Archives for posts with tag: Perfect

How many of us strive towards perfection, aiming to do something perfectly? After all, if something not worth doing well, if’s not worth doing at all, as our parent and grandparents – the grafting generations, before it all got a bit too easy – used to tell us.

Can we do something perfectly? Can we put in a perfect performance, a perfect execution of a plan? Is perfect even attainable? Is it like a ghost, or a mirage, always out of reach? Should it even be something we strive for?

I know that if I ever do the perfect something, I’m never going to do any of it again. When I write the perfect press release, play the perfect game of footie or table tennis, deliver the perfect presentation, close the perfect sale, or deliver the perfect marketing campaign, I’m going to quit immediately, on the highest of highs, and never do one of them again.

I’ll quit when I produce the perfect something because I’ll never be able to do better. I’ll leave at the top, and not solider through the inevitable decline from my best, like so many people do.

I reckon I’ll be OK for a while though. Right now I’m not close to perfect in anything that I turn my head or hand to.

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No company is perfect. When you work for an organisation you know about – or tend to hear about – its issues, problems, flaws and so on. You know what it’s really like under the hood.

All organisations are plagued with a lack of resources necessary to do a perfect job, which is why the perfect job doesn’t exist. The more resources you hire, the more you need.

It’s easy for us to get consumed by the things that our product doesn’t do well, or at all. We know the full story in most cases. It’s us who have to deal with the internal horror shows, and patch things up behind the scenes.

I used to know a lady whose husband worked for an aircraft manufacturers. He wouldn’t fly on the planes his team had built. He had seen the compromises, the short cuts they had made.

It’s our perspective on the warts and all, after all, because we have to work on the warts. We don’t see the full picture. We don’t appreciate the checks and balances being performed in other parts of the business.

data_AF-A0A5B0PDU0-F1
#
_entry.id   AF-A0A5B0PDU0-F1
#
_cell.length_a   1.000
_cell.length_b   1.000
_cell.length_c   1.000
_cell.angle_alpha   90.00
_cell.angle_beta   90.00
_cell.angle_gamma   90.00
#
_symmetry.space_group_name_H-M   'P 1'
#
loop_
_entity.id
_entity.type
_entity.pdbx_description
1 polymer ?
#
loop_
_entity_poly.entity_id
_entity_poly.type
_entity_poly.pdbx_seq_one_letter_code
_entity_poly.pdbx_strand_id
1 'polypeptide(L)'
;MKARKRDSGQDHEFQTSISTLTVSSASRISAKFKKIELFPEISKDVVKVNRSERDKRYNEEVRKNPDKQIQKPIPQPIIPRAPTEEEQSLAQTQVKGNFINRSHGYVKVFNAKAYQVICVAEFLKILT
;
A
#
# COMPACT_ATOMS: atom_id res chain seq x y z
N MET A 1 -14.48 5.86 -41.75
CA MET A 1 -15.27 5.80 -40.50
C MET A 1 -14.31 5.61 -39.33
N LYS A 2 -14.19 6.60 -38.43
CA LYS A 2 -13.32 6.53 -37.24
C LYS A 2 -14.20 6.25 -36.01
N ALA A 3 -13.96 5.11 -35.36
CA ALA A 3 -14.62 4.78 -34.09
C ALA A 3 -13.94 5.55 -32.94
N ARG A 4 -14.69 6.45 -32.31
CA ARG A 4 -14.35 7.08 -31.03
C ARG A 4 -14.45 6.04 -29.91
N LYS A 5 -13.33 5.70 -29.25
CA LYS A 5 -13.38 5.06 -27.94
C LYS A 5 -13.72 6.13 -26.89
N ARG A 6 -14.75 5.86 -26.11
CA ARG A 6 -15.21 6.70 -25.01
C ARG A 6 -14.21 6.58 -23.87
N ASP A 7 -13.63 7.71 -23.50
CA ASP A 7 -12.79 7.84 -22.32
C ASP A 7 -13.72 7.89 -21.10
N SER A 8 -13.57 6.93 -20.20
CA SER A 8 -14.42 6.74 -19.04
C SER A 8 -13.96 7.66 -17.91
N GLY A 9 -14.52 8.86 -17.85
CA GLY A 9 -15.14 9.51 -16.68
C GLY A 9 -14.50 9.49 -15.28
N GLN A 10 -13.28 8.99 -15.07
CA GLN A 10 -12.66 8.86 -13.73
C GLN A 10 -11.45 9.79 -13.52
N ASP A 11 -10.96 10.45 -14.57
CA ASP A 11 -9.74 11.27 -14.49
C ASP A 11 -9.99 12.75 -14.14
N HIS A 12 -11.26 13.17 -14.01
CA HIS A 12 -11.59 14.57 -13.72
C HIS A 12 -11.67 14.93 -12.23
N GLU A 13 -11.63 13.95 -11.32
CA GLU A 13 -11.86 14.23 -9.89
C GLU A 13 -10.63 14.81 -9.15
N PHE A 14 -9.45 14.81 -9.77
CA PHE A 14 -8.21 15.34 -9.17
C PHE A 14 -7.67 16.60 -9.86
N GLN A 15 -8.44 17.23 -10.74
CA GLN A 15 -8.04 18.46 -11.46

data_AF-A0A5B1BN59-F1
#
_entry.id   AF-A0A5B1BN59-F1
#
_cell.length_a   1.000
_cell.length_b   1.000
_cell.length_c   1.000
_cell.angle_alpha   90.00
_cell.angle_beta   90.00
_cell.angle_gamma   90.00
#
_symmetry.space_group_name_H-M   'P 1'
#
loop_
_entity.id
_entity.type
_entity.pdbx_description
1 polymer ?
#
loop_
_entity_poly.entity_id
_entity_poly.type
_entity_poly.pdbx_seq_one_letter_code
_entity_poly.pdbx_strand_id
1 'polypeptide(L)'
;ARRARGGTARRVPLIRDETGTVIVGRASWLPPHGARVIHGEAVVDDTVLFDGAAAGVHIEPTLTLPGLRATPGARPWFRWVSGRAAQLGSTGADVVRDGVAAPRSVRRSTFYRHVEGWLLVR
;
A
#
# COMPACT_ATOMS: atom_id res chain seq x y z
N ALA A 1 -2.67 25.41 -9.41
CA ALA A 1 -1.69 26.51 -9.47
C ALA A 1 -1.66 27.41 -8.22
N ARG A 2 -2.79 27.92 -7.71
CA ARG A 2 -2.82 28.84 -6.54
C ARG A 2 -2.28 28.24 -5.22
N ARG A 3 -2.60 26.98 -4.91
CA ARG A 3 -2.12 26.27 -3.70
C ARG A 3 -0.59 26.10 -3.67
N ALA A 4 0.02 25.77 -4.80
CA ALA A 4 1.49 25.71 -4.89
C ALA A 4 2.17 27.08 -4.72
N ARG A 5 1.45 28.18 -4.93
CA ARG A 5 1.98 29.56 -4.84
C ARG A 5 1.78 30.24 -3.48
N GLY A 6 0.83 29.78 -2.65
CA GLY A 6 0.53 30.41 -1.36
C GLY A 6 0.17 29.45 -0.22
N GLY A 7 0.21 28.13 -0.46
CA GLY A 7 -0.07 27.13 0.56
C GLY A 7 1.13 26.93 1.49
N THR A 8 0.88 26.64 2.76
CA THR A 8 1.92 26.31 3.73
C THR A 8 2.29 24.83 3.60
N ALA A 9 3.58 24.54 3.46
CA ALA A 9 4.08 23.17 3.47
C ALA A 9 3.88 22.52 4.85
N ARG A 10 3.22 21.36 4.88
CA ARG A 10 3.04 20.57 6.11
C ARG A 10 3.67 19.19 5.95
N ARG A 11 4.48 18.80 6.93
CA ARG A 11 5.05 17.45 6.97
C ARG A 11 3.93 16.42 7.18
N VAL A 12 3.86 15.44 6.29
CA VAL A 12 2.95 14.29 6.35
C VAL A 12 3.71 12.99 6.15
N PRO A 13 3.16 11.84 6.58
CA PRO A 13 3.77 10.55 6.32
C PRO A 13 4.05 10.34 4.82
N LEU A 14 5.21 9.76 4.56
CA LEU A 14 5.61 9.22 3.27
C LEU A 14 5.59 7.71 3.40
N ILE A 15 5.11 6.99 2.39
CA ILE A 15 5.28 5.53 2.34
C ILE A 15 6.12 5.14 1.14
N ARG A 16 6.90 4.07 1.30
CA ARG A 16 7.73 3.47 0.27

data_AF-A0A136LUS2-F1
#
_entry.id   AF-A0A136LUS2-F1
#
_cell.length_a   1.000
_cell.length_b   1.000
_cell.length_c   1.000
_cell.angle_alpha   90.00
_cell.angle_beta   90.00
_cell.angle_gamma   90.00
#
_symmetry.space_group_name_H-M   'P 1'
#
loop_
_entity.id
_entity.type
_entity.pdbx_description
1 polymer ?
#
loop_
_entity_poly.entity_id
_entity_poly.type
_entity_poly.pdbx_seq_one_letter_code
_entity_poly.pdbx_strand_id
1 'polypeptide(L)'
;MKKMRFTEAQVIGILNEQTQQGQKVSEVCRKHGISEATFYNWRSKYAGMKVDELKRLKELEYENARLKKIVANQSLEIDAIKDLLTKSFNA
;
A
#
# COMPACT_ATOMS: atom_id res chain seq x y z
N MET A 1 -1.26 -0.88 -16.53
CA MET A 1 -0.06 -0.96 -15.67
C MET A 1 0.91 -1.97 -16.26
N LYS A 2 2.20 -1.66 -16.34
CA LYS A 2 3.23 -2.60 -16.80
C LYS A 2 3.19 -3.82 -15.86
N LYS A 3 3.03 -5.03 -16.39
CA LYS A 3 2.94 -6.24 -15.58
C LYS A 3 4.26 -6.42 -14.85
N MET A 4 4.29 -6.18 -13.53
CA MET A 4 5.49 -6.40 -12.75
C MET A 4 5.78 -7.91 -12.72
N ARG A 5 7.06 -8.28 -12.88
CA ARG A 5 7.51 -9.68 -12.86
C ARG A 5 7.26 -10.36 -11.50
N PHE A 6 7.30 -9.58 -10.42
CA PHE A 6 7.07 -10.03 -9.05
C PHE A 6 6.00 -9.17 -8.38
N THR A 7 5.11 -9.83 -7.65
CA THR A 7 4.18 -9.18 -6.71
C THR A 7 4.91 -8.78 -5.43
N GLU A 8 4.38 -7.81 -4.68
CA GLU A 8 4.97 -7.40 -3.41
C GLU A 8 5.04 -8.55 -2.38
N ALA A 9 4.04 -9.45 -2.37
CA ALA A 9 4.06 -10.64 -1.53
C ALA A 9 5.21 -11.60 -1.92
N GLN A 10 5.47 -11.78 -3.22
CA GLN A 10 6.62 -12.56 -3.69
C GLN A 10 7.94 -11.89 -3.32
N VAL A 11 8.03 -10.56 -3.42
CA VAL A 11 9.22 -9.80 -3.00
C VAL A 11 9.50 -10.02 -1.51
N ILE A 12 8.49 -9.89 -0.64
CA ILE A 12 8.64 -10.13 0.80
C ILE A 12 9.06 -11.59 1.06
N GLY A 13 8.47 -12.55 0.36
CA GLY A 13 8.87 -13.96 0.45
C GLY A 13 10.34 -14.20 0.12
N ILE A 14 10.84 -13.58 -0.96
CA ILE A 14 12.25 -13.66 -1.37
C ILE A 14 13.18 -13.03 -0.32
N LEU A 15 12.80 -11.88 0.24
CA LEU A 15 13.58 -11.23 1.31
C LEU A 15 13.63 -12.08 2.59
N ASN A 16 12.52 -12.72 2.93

Our customers certainly don’t see the warts, until they buy and start to use the product. And even then they might not see them, because they may only use part of the product. No product is perfect, but if your product does all the key things well, then that’s what makes your product successful.

You see, warts and all ain’t so bad. Only from your perspective.

‘When I play the perfect set of tennis,’ I used to say to myself, ‘a set I couldn’t improve on in any way, I’m going to hang up my racquet and never play again.’ I’m still playing. You can’t get to perfection, nothing’s ever perfect for anything other than a fleeting moment.

It always used to amaze me that you’d find typos in printed books, especially first editions. Who’s checking these things? I would mark the errors on my copy, contemplate contacting the author – especially if I knew them – and never get round to doing it. I used to be a voracious reader of Seth Godin’s daily blog. Very rarely, because his work is pretty meticulous, I would find a typo, maybe once every 200 posts. I would send Mr G a note with the correction and he would unfailingly acknowledge me, like he has nothing else to do. I don’t do it any more.

The same applies to our working lives I think. Whatever you’re doing, it won’t ever be perfect! You occasionally get these very exciting periods during a land-grab, dot com-type situation where people talk about ‘ready, fire, aim.’ ‘Just get it out there,’ they say. ‘It’s good enough.’ When you’re in those periods it seems like you need to move so fast that good enough is all you have time for.

I’m not saying you should give up and get it out there. The ‘perfect’ approach is to aim for somewhere in the middle, between ready, fire, aim and perfect. Exactly where in the middle is down – or up – to you. You should always give something your best shot, or there’s no point doing it. It needs to be more than good enough. It needs to be the best you can do, in the time available.

You can always change something, tweak something, improve it or correct it a touch, with one more iteration. At some point, time is up, and you have to hit the ‘go’ button. As I was fond of saying, ‘life’s too short, and so am I.’

‘Perfect’ poisons you. Your best shot is your best shot.